3/5/15 – Brighton Music Hall

A riptide of funk welled between the walls of Brighton Music Hall. Three bands took to the stage on Thursday night—Gang of Thieves, Boston’s own live hip-hop band Viva La Hop, and Boston’s funk-rock group Ripe. The undercurrent was strong, the riptide rocking, and attendees had no choice but to get wiggling. Ahoy!

— Gang of Thieves —

A late eighties Red Hot Chili Peppers plus dreadlocks and electric violin. That’s Vermont-born funk rock band Gang of Thieves. Lead singer and violinist Michael Reit led his Gang onstage and jolted Brighton Music Hall to life, fiddling away and swooshing his dreads from side to side. He took a wide stance, shifting his weight from one foot to the other with the beat like an enthusiastic group exercise instructor. Those in attendance were glad they had signed up for his class.

The band filled the room with energy, and then they let it out slowly, playing softer and softer with each note. “How low can you go?” whispered drummer Deven Massarone, as the rest of the band members crouched, then fell on their asses and lay down, continuing to play their instruments. Naturally, next they burst into a rendition of the Ghostbusters theme song. 

Despite a few too many “Boston, make some noise!” attempts, Gang of Thieves put on an entirely entertaining set. Between verses Reit would caw into his microphone like a crow that just discovered fresh roadkill. It was a spectacle.

For the final two songs, the group invited Ripe’s trumpeter Josh Shpak onto the stage to jam out, who held his own in spite of making one false toot when the rest of the band had stopped playing. Shpak raised his free hand and shared a laugh with Gang’s trombonist whom he was standing next to, as if admitting to the class that it was he who had committed the crime.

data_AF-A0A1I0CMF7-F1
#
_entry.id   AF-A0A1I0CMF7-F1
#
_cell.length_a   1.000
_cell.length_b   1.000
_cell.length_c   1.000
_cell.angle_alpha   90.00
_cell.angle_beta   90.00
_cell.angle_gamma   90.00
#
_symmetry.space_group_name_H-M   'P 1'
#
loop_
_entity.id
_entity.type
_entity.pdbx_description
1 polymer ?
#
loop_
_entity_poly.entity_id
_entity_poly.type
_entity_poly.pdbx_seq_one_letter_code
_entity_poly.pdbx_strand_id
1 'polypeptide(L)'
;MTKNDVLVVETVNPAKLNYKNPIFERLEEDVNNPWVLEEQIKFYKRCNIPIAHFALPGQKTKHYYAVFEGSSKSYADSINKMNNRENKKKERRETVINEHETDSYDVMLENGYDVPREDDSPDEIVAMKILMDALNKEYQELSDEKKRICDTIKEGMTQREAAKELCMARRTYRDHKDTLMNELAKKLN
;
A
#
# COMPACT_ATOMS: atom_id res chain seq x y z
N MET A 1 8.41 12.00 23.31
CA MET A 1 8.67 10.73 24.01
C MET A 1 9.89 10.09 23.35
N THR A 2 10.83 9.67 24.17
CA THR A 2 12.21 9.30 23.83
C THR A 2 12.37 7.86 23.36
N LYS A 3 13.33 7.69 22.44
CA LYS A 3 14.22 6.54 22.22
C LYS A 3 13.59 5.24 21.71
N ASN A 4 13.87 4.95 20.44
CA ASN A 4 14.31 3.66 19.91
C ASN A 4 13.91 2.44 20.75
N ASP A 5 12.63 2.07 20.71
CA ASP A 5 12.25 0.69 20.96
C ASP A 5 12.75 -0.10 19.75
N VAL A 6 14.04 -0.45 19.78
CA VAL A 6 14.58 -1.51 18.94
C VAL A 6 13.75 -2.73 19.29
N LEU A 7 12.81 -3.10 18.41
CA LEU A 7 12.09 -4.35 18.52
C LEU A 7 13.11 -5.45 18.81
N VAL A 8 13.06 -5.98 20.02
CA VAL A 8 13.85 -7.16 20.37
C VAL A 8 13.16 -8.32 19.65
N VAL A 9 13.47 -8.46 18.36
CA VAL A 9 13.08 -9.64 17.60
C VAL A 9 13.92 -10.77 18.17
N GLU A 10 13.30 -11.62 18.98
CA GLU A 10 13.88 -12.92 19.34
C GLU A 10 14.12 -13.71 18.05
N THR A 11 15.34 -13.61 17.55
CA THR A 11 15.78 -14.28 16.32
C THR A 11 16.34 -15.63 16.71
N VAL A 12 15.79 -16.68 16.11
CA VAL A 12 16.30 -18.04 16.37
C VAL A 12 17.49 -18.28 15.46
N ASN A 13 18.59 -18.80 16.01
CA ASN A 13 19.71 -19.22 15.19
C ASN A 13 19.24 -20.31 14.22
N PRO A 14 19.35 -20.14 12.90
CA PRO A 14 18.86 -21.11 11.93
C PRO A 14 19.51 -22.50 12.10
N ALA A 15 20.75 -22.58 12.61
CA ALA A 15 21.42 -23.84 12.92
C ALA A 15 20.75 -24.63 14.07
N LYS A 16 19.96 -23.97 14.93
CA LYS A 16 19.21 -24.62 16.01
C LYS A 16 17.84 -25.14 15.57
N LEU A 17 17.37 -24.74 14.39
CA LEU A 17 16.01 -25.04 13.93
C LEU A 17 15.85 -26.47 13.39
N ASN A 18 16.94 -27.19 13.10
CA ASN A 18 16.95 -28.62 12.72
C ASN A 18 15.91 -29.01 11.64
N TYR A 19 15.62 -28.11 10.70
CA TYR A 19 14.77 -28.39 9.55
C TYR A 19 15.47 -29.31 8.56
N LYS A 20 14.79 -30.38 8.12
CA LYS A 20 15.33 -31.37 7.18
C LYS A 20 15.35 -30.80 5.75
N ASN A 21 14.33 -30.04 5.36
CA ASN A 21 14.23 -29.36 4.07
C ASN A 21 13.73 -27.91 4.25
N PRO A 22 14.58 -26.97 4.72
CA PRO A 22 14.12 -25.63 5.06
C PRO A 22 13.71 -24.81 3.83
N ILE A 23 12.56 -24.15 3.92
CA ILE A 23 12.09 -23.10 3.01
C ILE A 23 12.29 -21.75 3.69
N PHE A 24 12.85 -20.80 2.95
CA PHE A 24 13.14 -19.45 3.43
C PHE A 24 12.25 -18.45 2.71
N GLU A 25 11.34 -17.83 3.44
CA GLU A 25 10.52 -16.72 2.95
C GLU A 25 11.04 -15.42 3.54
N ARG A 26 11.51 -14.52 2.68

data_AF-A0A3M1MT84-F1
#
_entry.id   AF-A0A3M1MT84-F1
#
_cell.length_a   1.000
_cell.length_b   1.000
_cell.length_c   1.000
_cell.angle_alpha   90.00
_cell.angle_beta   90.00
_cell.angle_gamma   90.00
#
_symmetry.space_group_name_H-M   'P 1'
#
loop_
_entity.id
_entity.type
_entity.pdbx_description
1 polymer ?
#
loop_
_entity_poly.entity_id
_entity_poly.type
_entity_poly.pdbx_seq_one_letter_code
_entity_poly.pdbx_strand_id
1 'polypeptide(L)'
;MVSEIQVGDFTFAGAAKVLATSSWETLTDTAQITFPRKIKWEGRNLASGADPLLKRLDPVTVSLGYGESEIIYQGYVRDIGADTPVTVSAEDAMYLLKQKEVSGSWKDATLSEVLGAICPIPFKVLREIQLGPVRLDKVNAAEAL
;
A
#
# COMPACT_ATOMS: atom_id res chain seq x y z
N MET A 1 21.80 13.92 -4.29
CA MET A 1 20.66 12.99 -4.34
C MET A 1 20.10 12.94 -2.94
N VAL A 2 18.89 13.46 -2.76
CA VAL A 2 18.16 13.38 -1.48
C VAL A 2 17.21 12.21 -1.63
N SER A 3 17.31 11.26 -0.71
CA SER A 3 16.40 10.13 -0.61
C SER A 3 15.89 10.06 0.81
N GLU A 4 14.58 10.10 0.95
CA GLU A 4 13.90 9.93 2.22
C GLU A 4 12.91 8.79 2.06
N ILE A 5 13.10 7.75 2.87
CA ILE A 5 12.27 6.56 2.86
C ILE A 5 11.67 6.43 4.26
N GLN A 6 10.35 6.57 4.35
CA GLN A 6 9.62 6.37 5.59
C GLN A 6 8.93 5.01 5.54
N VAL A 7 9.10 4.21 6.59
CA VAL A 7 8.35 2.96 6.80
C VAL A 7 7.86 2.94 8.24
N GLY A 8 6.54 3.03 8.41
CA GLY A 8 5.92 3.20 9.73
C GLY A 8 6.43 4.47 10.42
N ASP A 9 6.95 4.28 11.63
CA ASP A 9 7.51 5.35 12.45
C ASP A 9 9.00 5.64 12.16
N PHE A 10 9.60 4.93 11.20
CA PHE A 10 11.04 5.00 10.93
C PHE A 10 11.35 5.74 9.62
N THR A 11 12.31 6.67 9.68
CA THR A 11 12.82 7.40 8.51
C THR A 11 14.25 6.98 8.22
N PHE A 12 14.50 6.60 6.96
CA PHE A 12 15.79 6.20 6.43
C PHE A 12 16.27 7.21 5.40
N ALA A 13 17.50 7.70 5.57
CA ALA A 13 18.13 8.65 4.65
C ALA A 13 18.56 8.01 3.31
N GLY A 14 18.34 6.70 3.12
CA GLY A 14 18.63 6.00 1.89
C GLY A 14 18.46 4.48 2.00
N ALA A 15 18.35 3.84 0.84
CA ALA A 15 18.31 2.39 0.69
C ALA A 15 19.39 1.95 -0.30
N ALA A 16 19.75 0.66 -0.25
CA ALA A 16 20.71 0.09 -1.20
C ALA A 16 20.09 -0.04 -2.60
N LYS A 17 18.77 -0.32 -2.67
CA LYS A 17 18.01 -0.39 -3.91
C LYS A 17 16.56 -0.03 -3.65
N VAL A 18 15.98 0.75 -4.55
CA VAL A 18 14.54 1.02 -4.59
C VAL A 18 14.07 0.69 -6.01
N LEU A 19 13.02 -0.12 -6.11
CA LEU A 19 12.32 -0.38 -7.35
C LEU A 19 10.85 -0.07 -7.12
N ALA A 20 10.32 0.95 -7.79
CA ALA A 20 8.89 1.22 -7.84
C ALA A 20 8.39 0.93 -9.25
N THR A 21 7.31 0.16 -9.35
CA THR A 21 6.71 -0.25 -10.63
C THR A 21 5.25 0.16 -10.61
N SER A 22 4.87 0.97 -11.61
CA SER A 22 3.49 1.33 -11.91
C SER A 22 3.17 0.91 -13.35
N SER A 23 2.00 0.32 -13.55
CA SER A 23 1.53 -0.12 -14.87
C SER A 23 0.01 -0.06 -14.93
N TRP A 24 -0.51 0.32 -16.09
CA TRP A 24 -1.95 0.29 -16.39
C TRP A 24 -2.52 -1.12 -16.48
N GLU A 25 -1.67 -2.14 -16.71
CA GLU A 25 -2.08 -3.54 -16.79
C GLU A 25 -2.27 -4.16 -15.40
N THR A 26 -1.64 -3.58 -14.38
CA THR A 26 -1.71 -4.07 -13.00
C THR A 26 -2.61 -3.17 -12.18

For a gang of thieves, they are a generous bunch.

— Viva La Hop —

I hereby nominate Viva La Hop to be the first band to play a show in the International Space Station. Their set mixed spacey wind chime effects and washed-out guitar noise with bass- and drum-driven funk grooves to bring it all back to Earth. Guitarist Dave Kawamura (aka Sub Q) gave Gang of Thieves’ lead singer a run for his money for the person who was having the most fun that night.

Oft-featured Viva La Hop singer Iva Kostic was again along for the ride, providing vocals on some of their songs. While female vocals are a nice counterpoint to Philly G’s baritone bars, her voice at times wandered off-key. MC’s Bo Lyriks and Philly G reeled it in, passing rhymes back and forth with sniper precision.

— Ripe —

Add Ripe lead singer Robbie Wulfsohn into the running for Person Having the Most Fun at the Concert award. Sweat-drenched and dancing, Wulfsohn sang a mix of brand new songs and songs from their first (and only) EP, backed by a tight backing band, horn section of course included. One of Ripe’s biggest assets, which they demonstrated throughout their entire set, is their ability to play in synch with each other and not miss a beat. Too fast, too funky, but no task too big, Ripe feels like the type of band that would be sincerely sorry if anyone left the show without a jump in their step. Luckily, that was never on the table.

Near the end of the show Ripe’s manager and a few others took their positions and fired. Confetti cannons rained rainbow bits of shredded paper. Could there be a more fitting image that represents Ripe’s music?

Confetti Cannon Funk: Gang of Thieves, Viva La Hop, Ripe
Pros
  • Ripe tighter than a vine of sour grapes
  • Dreadlocks and electric violin
  • Confetti cannons
Cons
  • No Ripe ballad, which could be a nice change of pace
  • Long show; by the end, crowd had less energy
8.5Confetti Funk

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